In regards to difficulty Adventurer Managers can be something of a mixed bag, almost like it’s not quite sure what it wants to do. Enemy encounters can be tricky and losing characters or even the entire battle is quite common unless you go out of your way to over-level your party, but a quick gold fee at the graveyard, which grows with every resurrection performed, allows you to bring back adventurers from death. There’s a selectable ironman mode should you wish to add perma-death to the game as well. Meanwhile in between fights in a dungeon you can opt to portal out entirely and return later, even using different people if you want, thus grinding away is an option as you just throw party after party at the problem. You can also choose to use the rest option between fights to regenerate health, though there’s a chance you’ll be ambushed in the process.
Back at your home castle you can take some of your hard-earned gold and use it to build add-ons that provide global stat bonuses, like better chances of grabbing extra money or faster earning of XP. Every new add-on to the castle costs more money than the last, thus expanding your little fort can seriously destroy your gold reserves. Oddly the new additions don’t visually match the rest of the castle, so you end up with a strange mixture of pieces. It’s a small detail, but things like this can make a difference.
There’s even a university where you can pay for your adventurers to take courses that can improve base attributes, their adventuring skills and individual abilities like fighting with swords or bows. Each course takes a certain amount of time to complete, but your adventurers can study even while they are busy tackling a dungeon. Like other aspects of the game each course will cost more gold than the last, and gold can be hard to come by.
The passage of time does play a part in the game as it’s possible for your adventurers to grow old and die, although strangely your wannabe King or Queen remains forever young. After questing your characters will often need to rest in order to regain their endurance or else suffer penalties, and so you can opt to fast-forward time in order to hasten the process or to get automated quests finished up, but fast-forwarding increases the chance of an invasion mission occurring. Fail to repel an invasion and a town will be ransacked, stopping you from entering for a few days and dropping your reputation with them.
Make no mistake this is a game that demands you grind and grind and grind away. For at least a few hours you’ll likely be doing nothing more then replaying the first few story missions and sending your adventurers on automatic quests just to level them up and gather enough gear to actually stand a chance of taking on the next story mission, such is the huge gaps in difficulty. And by the dark Gods does that make the initial chunk of the game a drag. There’s only so many times you can clear a crypt and fend on invasions before you begin to question why you’re even playing. Even after six or seven hours of play I had barely cleared the first few story missions and was therefore stuck with just a few quests. Eventually you settle into a repetitive yet still quite enjoyable routine, dispatching your minions to farm loot and experience in order to get to the next story mission which will also require vast amounts of grinding. In time you’ll actually have more than just a few quests to do, and a roster of powerful heroes with cool gear. It’s a game with quite a specific target audience, then, the kind of people who are happy to farm loot for hours on end.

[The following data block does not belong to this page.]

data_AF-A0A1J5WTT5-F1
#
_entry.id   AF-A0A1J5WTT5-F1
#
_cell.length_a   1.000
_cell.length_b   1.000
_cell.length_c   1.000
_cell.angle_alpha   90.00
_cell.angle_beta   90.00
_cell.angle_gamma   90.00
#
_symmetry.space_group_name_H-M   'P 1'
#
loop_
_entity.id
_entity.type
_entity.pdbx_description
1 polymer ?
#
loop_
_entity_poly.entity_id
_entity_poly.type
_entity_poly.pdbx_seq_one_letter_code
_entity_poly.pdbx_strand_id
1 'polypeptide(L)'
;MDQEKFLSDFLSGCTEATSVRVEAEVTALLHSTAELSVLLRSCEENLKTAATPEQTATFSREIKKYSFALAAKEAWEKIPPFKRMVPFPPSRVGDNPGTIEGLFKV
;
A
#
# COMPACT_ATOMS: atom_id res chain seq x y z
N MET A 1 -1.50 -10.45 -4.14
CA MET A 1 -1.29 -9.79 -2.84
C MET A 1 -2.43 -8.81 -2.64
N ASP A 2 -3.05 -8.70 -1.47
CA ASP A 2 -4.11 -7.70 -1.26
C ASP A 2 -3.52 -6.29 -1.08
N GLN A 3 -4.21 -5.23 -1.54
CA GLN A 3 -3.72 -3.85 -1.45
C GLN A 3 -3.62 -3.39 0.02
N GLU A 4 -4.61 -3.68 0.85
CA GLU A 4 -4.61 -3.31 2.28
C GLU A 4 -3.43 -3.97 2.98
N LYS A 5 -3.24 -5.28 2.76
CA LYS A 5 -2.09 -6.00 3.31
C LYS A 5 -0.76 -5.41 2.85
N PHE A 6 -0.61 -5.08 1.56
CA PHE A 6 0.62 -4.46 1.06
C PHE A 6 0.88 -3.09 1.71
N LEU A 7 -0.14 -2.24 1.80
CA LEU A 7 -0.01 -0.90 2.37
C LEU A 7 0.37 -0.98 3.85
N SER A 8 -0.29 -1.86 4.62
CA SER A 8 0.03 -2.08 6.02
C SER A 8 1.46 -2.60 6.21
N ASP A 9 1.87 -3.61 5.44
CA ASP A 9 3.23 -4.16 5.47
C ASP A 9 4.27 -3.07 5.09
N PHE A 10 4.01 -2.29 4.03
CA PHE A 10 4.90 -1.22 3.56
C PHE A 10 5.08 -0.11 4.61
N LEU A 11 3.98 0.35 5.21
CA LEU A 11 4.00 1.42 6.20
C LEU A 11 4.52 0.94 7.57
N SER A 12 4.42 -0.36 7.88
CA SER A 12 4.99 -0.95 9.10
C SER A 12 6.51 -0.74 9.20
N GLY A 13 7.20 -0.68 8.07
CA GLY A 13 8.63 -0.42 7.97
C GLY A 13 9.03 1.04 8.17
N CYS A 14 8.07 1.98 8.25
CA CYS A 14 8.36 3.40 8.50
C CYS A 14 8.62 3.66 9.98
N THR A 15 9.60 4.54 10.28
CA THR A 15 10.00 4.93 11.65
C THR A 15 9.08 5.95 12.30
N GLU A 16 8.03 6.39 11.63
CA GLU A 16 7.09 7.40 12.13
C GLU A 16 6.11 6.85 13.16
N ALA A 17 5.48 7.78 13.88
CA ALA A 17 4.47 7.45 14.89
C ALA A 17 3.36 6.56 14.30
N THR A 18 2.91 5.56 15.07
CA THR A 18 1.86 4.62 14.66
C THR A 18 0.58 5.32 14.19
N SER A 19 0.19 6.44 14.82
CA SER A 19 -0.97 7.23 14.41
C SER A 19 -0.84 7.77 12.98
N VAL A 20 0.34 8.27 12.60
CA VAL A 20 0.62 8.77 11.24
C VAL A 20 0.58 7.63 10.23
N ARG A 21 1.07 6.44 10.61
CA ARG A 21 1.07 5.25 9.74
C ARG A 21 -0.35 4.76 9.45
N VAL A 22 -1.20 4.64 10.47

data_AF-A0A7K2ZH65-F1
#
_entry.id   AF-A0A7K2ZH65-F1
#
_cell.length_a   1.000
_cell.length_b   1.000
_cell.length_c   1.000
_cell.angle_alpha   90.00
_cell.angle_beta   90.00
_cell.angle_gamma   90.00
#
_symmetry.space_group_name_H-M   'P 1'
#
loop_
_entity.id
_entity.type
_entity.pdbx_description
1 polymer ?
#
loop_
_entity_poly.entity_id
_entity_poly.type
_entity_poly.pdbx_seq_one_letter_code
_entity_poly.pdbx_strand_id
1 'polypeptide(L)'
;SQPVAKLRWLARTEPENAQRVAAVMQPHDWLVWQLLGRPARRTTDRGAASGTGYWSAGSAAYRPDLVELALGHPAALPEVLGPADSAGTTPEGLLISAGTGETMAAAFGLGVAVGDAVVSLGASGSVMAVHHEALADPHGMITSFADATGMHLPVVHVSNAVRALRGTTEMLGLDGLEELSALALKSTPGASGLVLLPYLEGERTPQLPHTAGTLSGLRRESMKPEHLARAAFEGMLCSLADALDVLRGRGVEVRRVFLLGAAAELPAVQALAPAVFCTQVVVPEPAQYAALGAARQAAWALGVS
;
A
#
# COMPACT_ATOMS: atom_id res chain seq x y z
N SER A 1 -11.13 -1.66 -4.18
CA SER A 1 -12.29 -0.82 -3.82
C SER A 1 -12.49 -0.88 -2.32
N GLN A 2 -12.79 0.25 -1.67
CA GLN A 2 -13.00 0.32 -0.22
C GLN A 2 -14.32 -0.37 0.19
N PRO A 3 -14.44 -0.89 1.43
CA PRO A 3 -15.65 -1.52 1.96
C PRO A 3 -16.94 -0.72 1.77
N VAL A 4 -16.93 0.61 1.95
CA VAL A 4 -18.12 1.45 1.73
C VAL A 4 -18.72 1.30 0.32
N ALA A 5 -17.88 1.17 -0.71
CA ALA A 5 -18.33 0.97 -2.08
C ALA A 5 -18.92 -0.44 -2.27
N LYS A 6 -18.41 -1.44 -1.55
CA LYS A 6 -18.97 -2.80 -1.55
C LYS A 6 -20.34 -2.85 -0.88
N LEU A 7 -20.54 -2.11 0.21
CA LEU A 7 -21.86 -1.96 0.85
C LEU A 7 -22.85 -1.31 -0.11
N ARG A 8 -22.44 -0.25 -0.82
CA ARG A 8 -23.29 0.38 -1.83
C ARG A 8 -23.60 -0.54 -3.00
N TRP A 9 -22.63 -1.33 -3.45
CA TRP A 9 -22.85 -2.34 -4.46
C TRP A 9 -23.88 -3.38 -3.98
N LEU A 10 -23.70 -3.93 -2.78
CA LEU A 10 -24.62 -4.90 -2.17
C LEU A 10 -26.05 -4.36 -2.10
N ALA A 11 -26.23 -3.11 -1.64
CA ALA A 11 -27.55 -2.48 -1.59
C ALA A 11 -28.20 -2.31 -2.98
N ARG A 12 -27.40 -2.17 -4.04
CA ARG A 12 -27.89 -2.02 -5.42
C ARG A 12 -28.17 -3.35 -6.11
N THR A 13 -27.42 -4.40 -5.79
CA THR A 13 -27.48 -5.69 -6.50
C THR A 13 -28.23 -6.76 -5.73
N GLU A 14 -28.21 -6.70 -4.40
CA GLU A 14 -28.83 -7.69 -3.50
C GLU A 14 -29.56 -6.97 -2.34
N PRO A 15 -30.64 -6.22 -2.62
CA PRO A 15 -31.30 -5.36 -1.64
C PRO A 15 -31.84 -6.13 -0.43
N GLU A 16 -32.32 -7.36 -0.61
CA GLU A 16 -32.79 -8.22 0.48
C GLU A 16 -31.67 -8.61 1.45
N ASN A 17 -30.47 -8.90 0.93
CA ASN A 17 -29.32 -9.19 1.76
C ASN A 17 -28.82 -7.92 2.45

The presentation of the game throughout is pretty rough, hardly surprising given that it’s an indie title. Adventurer Manager boasts what has become an overplayed pixel-art style meant to remind gamers of the good old days, but is mostly used due to a lack of budget. The game’s world maps look beautiful and the characters do have a certain charm, but the dungeon backdrops are completely boring. As for the audio there’s some truly horrible NPC sounds, and in fact there’s an option to disable them entirely. As for the music it’s…there. That’s about it. Sometimes it’s enjoyable, sometimes it’s a tad annoying.
There’s a lot to like here, and plenty of feel largely ambivalent about too. It’s a slow game where grinding is the king of everything and skill is largely not needed, even in the actually fairly limited managerial aspects. That’s somewhat surprising because when you break everything down there’s a lot of stats and things to check out, but during actual play all they seemed to fade into the background. Yet there’s charm here, mixed with an addictive quality that’s hard to pinpoint. Sure, I couldn’t play for long sessions at any given time, but after a break I’d find myself wanting to go back for another quick play. Although the game is now out or Early Access development is seemingly carrying on and the developers themselves are very active over on Steam, so Adventurer Manager could have a bright future. Right now, though, it’s a good effort that doesn’t amaze.
+ Building your favorite characters.
+ Freaking loads of missions.
– Very repetitive.
– Battles tend to drag on.
– Too much loot. ( I can’t believe I said that)
The Verdict: 3/5 – Good
Repetitive and heavily reliant on grinding Adventurer Manager is nonetheless enjoyable, provided yo’re willing to sink a lot of time into it.